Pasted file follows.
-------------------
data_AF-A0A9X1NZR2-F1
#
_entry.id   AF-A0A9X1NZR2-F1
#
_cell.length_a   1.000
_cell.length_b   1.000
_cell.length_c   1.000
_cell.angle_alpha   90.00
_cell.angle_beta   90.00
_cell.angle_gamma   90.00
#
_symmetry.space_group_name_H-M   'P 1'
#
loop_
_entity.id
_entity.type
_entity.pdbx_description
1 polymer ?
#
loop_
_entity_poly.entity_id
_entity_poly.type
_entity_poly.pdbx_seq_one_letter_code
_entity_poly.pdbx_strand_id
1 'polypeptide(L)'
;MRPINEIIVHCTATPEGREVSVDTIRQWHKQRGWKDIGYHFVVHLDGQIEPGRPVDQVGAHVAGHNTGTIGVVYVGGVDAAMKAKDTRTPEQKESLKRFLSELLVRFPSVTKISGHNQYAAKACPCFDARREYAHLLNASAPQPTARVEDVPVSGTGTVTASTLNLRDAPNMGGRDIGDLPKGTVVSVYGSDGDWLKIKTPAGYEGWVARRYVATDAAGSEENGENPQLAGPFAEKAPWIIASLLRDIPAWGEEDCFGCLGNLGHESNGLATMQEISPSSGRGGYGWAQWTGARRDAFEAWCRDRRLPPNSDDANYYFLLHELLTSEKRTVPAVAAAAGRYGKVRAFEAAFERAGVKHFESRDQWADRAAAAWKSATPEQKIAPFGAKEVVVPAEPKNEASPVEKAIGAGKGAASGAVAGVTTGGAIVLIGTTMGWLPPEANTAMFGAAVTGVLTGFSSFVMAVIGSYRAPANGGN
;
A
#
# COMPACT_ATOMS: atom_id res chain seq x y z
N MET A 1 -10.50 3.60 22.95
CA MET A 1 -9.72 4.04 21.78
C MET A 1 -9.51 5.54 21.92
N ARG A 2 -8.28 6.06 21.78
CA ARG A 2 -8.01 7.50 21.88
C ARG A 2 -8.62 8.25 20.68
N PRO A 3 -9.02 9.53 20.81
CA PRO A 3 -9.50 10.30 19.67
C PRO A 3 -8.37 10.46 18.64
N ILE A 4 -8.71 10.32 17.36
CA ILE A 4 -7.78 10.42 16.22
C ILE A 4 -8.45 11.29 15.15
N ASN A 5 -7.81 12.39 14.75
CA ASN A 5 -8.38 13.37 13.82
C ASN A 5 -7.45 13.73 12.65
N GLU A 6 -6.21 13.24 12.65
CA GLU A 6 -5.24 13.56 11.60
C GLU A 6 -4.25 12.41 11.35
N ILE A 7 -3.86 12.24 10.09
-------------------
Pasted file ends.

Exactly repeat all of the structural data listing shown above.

data_AF-A0A9X1NZR2-F1
#
_entry.id   AF-A0A9X1NZR2-F1
#
_cell.length_a   1.000
_cell.length_b   1.000
_cell.length_c   1.000
_cell.angle_alpha   90.00
_cell.angle_beta   90.00
_cell.angle_gamma   90.00
#
_symmetry.space_group_name_H-M   'P 1'
#
loop_
_entity.id
_entity.type
_entity.pdbx_description
1 polymer ?
#
loop_
_entity_poly.entity_id
_entity_poly.type
_entity_poly.pdbx_seq_one_letter_code
_entity_poly.pdbx_strand_id
1 'polypeptide(L)'
;MRPINEIIVHCTATPEGREVSVDTIRQWHKQRGWKDIGYHFVVHLDGQIEPGRPVDQVGAHVAGHNTGTIGVVYVGGVDAAMKAKDTRTPEQKESLKRFLSELLVRFPSVTKISGHNQYAAKACPCFDARREYAHLLNASAPQPTARVEDVPVSGTGTVTASTLNLRDAPNMGGRDIGDLPKGTVVSVYGSDGDWLKIKTPAGYEGWVARRYVATDAAGSEENGENPQLAGPFAEKAPWIIASLLRDIPAWGEEDCFGCLGNLGHESNGLATMQEISPSSGRGGYGWAQWTGARRDAFEAWCRDRRLPPNSDDANYYFLLHELLTSEKRTVPAVAAAAGRYGKVRAFEAAFERAGVKHFESRDQWADRAAAAWKSATPEQKIAPFGAKEVVVPAEPKNEASPVEKAIGAGKGAASGAVAGVTTGGAIVLIGTTMGWLPPEANTAMFGAAVTGVLTGFSSFVMAVIGSYRAPANGGN
;
A
#
# COMPACT_ATOMS: atom_id res chain seq x y z
N MET A 1 -10.50 3.60 22.95
CA MET A 1 -9.72 4.04 21.78
C MET A 1 -9.51 5.54 21.92
N ARG A 2 -8.28 6.06 21.78
CA ARG A 2 -8.01 7.50 21.88
C ARG A 2 -8.62 8.25 20.68
N PRO A 3 -9.02 9.53 20.81
CA PRO A 3 -9.50 10.30 19.67
C PRO A 3 -8.37 10.46 18.64
N ILE A 4 -8.71 10.32 17.36
CA ILE A 4 -7.78 10.42 16.22
C ILE A 4 -8.45 11.29 15.15
N ASN A 5 -7.81 12.39 14.75
CA ASN A 5 -8.38 13.37 13.82
C ASN A 5 -7.45 13.73 12.65
N GLU A 6 -6.21 13.24 12.65
CA GLU A 6 -5.24 13.56 11.60
C GLU A 6 -4.25 12.41 11.35
N ILE A 7 -3.86 12.24 10.09